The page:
It all happened so fast.
The front page of the Monday, March 9 edition of the Daily Camera carried no mention of a new coronavirus that was causing the illness known globally as COVID-19. Featured stories were about a new science grant, a murder sentencing set for that day and efforts to aid an endangered fish species.
A brief item at the bottom of the front page touted Nederland’s upcoming Frozen Dead Guy Days.
Before the end of the week, the life that page portrayed was, itself, frozen in place or canceled by the pandemic that cast its invisible net over every aspect of the life people hold familiar.
The next day’s page one carried word of government officials taking a range of precautionary steps in the face of the spread of the disease. And by that Wednesday, news coverage was dominated by Gov. Jared Polis’s declaration the previous day of a state of emergency. Before the end of the week, the long list of cancellations of nearly every thread in the fabric of everyday existence was growing rapidly.
Frozen Dead Guys Days was the least of it.
After 56 deaths in Boulder County, over 870 people sickened and and thousands at the local level put out of work at least temporarily by widespread business closures, it is virtually impossible to find someone not directly affected by the greatest health crisis of the modern era.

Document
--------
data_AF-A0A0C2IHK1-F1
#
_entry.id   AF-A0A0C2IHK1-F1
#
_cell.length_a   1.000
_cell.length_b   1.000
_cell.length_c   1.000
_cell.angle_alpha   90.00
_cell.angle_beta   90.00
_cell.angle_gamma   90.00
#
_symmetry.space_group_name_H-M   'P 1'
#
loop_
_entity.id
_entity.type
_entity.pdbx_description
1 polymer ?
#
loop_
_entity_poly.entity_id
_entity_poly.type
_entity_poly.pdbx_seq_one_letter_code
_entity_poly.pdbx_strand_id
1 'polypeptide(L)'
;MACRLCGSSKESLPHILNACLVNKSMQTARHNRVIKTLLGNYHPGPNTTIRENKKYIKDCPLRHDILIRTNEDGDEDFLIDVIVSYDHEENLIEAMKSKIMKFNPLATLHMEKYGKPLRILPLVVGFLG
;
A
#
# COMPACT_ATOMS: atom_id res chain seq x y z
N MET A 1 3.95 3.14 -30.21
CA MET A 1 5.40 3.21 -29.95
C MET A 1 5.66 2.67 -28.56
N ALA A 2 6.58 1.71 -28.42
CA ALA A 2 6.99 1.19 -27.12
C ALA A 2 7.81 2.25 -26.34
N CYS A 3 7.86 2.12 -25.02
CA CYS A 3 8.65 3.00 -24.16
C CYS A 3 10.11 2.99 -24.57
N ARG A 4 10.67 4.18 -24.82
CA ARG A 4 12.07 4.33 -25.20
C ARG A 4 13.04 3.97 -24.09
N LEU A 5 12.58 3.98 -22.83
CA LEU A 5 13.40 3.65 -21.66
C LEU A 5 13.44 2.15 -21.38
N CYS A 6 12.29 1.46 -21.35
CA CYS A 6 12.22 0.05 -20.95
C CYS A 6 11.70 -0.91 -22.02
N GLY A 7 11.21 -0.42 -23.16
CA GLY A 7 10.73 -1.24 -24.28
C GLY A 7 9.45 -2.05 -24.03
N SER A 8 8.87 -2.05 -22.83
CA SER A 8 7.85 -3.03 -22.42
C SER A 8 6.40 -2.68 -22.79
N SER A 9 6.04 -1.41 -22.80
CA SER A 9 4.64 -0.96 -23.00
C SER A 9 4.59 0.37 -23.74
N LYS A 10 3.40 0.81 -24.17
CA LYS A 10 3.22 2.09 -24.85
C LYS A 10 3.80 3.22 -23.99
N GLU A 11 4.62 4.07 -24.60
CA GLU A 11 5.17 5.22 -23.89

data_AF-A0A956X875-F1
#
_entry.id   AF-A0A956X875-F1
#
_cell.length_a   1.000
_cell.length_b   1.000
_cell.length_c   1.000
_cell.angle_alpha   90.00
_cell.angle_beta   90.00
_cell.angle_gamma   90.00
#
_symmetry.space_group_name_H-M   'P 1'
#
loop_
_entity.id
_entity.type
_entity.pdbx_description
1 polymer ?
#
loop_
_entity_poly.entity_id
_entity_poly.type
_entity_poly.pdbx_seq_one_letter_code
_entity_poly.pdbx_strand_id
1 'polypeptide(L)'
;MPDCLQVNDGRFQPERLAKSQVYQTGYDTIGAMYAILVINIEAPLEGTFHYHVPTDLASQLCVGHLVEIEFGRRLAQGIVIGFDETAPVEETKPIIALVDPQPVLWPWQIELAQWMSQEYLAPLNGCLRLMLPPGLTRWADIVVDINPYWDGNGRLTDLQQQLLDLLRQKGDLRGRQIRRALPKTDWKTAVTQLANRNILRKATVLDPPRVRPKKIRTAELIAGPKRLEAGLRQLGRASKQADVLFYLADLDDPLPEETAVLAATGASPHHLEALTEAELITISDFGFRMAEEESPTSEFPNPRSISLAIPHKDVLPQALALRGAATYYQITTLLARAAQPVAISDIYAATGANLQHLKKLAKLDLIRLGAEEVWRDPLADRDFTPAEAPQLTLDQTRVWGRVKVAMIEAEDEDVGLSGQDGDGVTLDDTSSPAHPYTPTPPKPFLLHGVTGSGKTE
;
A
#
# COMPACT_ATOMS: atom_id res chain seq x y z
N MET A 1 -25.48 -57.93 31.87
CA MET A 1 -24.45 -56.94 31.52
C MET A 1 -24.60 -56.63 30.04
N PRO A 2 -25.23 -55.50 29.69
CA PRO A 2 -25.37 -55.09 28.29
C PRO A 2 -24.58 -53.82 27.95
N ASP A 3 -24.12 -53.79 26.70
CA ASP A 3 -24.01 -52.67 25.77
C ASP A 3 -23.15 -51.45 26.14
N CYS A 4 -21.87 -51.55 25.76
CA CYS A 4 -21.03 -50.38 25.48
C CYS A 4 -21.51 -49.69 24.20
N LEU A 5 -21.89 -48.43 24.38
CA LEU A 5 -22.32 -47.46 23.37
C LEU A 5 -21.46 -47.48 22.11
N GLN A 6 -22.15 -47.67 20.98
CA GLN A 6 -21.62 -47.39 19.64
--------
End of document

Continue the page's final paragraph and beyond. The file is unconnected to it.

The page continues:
From health care workers to first responders to educators forced to finish their years teaching over a computer screen to personal services workers required to meet their customers curbside to the many who can do little more than wait for the life they knew to — maybe — come back to them, few stories are the same.
And everybody has one.
Nurse begins career at start of pandemic
Long-term care facilities have represented the front lines of the coronavirus pandemic for Boulder County. And Ashley Stenzel is among those who have been there throughout.
Stenzel, a 25-year-old Broomfield resident, is a registered nurse at Boulder’s Frasier…
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